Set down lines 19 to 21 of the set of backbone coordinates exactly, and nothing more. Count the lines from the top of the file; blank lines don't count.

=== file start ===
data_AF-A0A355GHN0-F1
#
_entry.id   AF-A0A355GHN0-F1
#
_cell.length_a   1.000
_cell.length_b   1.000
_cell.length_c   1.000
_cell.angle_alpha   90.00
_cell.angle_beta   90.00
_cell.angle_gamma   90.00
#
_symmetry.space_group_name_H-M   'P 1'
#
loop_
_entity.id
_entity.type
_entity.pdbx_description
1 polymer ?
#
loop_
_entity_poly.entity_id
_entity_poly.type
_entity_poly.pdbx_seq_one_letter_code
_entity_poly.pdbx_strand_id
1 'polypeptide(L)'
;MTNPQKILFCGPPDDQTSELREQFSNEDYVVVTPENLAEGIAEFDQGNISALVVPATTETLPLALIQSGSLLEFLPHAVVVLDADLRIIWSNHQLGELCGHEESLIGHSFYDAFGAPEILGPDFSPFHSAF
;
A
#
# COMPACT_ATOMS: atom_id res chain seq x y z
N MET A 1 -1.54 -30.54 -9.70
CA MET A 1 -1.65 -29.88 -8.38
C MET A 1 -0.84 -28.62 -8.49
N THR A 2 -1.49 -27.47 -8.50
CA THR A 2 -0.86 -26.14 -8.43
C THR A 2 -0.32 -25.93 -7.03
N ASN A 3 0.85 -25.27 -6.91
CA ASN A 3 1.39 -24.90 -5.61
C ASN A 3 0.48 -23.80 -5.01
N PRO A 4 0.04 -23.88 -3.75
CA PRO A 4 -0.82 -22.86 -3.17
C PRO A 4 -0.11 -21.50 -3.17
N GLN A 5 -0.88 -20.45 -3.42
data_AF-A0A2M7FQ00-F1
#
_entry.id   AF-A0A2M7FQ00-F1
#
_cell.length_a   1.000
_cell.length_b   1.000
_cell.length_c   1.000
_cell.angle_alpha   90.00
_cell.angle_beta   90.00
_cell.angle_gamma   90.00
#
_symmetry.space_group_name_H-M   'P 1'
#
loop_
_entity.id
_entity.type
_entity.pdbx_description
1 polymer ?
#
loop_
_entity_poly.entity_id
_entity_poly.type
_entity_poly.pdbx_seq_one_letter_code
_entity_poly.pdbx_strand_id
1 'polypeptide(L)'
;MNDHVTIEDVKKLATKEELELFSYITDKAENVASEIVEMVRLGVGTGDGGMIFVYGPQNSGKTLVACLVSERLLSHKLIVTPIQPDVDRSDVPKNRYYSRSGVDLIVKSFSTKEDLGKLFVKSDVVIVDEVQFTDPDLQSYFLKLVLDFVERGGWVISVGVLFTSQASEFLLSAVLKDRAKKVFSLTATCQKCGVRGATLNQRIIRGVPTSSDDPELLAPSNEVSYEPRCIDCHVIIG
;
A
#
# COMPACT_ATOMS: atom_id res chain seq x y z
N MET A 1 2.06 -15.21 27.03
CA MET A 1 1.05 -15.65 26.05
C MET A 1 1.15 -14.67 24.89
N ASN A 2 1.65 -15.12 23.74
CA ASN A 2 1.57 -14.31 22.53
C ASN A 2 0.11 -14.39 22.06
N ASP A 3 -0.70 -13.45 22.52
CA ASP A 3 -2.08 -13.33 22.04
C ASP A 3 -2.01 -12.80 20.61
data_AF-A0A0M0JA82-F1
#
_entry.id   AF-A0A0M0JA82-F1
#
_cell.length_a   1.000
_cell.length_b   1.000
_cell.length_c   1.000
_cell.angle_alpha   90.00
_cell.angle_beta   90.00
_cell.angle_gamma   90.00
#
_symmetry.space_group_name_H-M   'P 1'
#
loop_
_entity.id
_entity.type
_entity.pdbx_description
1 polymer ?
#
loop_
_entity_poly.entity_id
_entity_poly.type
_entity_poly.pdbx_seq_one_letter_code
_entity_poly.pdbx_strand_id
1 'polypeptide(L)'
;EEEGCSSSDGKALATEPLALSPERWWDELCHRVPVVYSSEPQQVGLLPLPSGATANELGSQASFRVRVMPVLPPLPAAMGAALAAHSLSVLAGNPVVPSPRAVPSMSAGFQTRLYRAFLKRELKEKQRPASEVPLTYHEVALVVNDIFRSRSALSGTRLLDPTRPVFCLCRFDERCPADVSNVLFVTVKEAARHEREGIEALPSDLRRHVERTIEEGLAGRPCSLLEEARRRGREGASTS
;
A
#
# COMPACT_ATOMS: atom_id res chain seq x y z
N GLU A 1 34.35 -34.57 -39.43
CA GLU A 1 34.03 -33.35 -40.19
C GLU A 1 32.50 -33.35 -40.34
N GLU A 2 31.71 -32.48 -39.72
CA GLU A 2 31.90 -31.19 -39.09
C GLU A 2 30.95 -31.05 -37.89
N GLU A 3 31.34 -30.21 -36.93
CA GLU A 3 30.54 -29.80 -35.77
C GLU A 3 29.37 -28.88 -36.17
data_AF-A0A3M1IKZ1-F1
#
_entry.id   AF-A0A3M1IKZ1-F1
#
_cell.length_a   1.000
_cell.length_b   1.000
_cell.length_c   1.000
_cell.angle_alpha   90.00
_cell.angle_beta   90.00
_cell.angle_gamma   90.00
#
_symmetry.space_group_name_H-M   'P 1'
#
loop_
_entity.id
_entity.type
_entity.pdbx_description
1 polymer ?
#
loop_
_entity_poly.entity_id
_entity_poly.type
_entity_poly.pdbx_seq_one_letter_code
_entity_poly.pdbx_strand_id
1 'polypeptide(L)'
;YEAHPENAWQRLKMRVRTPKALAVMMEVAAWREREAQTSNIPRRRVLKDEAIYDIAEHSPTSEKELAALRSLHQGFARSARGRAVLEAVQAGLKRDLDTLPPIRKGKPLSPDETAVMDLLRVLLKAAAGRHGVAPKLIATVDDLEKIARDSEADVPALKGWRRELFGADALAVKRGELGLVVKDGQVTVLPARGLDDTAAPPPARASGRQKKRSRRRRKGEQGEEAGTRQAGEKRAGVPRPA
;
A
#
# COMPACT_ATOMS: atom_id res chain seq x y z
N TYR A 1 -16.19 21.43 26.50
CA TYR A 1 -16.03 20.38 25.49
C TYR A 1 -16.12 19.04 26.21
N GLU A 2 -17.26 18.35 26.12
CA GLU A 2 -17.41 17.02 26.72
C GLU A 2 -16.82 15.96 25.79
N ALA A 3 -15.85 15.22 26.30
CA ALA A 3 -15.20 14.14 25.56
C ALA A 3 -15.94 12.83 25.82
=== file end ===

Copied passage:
#
loop_
_entity_poly.entity_id